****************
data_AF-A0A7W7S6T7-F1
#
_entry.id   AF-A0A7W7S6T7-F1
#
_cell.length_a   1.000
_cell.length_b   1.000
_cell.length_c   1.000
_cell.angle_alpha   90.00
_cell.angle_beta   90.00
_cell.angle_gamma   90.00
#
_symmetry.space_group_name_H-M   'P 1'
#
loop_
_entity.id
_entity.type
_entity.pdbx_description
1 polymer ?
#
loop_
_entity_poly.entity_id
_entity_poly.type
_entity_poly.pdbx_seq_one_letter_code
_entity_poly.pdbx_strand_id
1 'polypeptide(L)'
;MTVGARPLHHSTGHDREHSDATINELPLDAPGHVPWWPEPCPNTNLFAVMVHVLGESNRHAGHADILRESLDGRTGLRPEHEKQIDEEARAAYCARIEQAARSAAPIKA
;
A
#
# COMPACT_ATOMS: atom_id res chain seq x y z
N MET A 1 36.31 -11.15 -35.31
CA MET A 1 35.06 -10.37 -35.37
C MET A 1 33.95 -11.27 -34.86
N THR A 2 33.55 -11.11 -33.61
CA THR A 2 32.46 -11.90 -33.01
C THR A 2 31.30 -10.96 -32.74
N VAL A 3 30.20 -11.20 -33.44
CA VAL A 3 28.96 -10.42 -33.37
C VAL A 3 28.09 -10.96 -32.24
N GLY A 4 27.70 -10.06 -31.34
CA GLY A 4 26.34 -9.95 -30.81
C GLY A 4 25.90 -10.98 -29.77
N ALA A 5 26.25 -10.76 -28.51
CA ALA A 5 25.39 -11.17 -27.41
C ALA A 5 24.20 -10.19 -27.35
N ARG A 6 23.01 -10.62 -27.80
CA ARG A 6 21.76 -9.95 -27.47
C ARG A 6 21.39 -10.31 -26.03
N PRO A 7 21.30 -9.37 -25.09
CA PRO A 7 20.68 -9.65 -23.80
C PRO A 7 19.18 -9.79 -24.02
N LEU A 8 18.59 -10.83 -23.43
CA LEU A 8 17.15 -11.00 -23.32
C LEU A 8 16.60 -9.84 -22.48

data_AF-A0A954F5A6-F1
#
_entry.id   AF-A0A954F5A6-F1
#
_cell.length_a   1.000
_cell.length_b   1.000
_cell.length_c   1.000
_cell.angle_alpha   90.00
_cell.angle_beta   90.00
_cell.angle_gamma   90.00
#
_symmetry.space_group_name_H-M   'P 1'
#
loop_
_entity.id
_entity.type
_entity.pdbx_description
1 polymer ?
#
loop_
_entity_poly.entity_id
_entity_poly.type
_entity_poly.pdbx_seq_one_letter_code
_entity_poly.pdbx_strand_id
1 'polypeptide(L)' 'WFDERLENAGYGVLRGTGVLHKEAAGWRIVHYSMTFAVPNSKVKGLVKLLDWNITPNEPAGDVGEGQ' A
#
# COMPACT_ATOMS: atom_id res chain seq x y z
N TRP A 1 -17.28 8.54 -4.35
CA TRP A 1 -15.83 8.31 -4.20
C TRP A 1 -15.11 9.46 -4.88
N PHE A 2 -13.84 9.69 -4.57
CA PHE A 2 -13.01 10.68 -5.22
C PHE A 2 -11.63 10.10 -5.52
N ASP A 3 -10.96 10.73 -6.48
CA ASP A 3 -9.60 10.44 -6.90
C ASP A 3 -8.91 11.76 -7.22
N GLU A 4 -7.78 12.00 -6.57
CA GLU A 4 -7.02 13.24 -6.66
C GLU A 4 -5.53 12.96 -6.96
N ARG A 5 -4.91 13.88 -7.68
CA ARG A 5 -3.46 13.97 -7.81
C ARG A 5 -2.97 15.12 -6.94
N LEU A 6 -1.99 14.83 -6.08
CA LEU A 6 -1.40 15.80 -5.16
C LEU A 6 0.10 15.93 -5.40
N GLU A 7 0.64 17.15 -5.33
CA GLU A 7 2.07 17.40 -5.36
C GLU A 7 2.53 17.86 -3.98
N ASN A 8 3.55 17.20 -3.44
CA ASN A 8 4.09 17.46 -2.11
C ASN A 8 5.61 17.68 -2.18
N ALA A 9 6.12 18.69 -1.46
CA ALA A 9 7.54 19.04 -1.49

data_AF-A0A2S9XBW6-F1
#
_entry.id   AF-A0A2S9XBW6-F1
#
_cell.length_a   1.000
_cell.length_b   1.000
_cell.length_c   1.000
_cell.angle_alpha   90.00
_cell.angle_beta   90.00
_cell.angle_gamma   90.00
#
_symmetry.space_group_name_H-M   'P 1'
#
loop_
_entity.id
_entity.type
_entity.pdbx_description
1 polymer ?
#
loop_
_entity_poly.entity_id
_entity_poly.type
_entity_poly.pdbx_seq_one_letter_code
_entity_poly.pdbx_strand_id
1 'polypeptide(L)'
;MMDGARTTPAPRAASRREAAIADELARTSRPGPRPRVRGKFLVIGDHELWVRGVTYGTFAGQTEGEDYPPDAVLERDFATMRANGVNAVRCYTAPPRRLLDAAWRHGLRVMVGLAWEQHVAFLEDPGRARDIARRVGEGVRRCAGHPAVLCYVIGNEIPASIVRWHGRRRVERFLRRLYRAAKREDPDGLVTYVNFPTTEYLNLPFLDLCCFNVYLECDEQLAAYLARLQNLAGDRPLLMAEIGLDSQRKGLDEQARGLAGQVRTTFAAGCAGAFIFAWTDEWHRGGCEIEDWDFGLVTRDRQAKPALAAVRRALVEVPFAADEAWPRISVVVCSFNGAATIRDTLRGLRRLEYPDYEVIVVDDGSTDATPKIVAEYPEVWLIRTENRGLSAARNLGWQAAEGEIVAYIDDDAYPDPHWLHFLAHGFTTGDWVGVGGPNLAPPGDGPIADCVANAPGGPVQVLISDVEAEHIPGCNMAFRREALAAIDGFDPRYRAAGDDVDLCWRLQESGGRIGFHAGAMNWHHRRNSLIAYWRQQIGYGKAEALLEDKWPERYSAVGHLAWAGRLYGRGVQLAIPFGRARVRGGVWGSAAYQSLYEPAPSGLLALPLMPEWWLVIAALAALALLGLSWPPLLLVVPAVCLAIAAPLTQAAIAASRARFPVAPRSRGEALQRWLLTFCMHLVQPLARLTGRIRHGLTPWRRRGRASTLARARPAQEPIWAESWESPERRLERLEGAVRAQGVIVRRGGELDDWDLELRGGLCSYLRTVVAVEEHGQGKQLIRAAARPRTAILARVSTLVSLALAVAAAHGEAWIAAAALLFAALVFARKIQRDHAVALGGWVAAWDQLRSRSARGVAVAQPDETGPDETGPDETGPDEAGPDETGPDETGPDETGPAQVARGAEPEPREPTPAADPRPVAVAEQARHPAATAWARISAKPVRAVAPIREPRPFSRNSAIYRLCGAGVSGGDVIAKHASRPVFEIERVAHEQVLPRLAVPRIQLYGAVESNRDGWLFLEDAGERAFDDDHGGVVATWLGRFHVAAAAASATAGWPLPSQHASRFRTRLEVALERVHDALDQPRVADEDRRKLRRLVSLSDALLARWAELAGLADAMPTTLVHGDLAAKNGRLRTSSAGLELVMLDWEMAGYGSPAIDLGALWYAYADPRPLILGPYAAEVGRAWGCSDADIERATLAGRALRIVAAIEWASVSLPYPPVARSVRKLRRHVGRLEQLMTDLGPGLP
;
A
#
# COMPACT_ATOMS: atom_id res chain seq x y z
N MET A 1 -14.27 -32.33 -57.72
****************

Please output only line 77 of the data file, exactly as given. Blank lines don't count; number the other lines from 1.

_entity_poly.pdbx_seq_one_letter_code